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The 4th leg of our family South France road trip itinerary would be the last one to be packed with things to see from early morning to late evening. It would get easier the next days. We started the day early north of Marseille in Vitrolles and drove from our hotel towards the Montmajour Abbey and to the old remains of the Roman city called Glanum. After a nice pick nick lunch we continued to the Silvacane Abbey and the last stop was at the Salagon Priory & Gardens. In the evening we arrived at the Intercontinental Hotel Dieu in Marseille. I wrote about the planning of the trip before (Planning a “free” south France road trip and the first day in Carcassonne) and how we would end up earning money by doing this trip. Now it’s time to share with you the fourth leg of our trip in France.
TIP! Make sure you reach the first place when it opens which is recommended for any road trip. This will make sure you can do more on a day.
The ultimate 10 day South France itinerary for a road trip packed with culture
The history at the place where now the remains of the Montmajour Abbey are goes back as far as the 3rd century BC when the hill was in use as a graveyard. The current abbey remains date to the 10th through 18th century. Most notable are the stone graves which are carved in the rocks. From the top of the tower you have a great view on them. You can also lay down in one of them pretending you have died; funny with kids 🙂
Personally I found the Benedictine Montmajour Abbey of great interest to visit because of the various buildings and the preservation state. The oldest remaining one is the Chapel of St. Peter from the early 11th century. Outside of the abbey walls you find the Chapel of the Holy Cross said to contain a piece of the original cross of Jesus. When we visited unfortunately the chapel seemed closed. The crypt of St. Benedict, which is partly build inside the rocks dates to the 12th century with on top the abbey church. On the south side of the Church you find the cloister which dates to the same period. The tower from the 14th century gives a great view over the abbey and in the back you see the 18th century Maurist monastery which is mostly in ruins.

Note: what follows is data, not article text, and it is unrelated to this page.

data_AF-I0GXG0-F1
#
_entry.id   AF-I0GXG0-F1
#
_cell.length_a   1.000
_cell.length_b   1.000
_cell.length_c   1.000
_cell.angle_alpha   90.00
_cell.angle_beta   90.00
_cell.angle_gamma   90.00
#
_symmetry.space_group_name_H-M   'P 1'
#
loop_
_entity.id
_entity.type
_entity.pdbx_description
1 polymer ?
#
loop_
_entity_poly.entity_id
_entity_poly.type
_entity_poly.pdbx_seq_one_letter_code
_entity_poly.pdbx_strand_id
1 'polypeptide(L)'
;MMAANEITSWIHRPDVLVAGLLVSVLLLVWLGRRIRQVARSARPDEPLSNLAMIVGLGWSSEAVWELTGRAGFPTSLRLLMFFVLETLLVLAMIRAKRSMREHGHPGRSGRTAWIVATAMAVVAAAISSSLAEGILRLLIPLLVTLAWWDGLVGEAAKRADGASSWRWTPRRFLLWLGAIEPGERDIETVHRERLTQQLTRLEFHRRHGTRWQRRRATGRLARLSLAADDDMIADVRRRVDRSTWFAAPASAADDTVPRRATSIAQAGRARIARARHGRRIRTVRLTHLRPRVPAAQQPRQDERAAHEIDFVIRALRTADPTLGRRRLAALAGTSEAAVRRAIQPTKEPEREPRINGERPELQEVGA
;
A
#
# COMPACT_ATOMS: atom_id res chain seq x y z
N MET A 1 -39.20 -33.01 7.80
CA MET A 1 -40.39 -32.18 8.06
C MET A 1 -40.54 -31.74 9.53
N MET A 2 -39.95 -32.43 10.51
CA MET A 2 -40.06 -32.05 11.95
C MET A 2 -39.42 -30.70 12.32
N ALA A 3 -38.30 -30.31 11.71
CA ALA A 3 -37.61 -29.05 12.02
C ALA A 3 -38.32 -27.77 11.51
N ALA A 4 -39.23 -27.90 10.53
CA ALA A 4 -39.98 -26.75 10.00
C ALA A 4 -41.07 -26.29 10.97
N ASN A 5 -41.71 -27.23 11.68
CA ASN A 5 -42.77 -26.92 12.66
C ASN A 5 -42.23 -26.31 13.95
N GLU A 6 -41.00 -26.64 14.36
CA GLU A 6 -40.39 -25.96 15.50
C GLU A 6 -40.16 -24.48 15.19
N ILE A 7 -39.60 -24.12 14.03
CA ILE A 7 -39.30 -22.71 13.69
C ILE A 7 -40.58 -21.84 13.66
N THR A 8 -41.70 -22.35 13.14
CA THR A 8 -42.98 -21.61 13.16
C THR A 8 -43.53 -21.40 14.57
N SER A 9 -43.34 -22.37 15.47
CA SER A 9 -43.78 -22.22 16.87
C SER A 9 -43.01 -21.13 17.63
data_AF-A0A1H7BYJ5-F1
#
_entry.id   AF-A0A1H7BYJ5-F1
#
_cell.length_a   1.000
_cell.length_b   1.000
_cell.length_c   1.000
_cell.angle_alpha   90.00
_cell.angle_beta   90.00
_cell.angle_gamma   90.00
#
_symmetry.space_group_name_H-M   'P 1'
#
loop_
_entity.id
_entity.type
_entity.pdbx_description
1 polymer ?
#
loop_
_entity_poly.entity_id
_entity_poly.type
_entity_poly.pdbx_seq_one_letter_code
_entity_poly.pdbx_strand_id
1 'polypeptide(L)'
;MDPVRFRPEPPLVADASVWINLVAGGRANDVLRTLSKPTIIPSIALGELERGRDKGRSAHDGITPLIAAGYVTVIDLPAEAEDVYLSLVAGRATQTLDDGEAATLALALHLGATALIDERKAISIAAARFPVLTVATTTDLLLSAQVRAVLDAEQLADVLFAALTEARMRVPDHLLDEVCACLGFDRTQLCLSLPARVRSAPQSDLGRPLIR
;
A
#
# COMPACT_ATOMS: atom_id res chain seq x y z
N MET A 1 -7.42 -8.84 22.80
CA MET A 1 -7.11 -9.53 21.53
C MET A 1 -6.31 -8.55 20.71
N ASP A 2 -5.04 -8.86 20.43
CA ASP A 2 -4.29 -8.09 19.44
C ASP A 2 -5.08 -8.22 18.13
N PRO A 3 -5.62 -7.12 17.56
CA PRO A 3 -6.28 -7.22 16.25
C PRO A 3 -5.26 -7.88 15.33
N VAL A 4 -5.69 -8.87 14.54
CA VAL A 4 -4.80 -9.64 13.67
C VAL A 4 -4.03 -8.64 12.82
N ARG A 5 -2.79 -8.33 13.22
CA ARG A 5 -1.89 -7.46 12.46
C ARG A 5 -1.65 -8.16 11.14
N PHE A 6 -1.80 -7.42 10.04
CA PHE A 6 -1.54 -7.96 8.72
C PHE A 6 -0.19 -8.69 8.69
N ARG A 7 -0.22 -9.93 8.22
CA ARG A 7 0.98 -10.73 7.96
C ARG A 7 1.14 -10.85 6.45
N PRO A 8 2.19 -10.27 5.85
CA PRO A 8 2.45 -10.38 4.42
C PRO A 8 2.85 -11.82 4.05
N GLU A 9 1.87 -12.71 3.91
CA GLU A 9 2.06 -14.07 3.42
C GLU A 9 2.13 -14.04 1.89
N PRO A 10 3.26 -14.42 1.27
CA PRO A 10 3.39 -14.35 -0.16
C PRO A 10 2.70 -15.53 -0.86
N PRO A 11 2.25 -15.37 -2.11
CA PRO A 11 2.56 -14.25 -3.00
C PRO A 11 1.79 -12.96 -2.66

The abbey has put art objects in various rooms which otherwise would be empty and boring. A great way to enhance a visit to the abbey. Did you know that painter Vincent van Gogh visited the abbey many times to paint it and the views on the country side? He liked the view over the surrounding plains. Unless you want to paint the abbey it takes around two hours to explore. Around 11AM we drove to our next stop of our South France road trip itinerary, the Roman ruins of the city of Glanum.
Glanum Roman Village
We already drove by the previous day and were very excited to visit Glanum today. It’s a well-preserved Roman city with a beautiful arch and mausoleum which are the best preserved from that period. It wasn’t that crowded and after buying our entrance tickets we were standing on an old Roman road. I closed my eyes for a moment and saw Roman carriages passing by, kids playing in the street, people chatting in Latin. Just as if I was there, 1800 years ago. It must have been a great city to live in. We walked up the hill first to have a beautiful view over the whole city.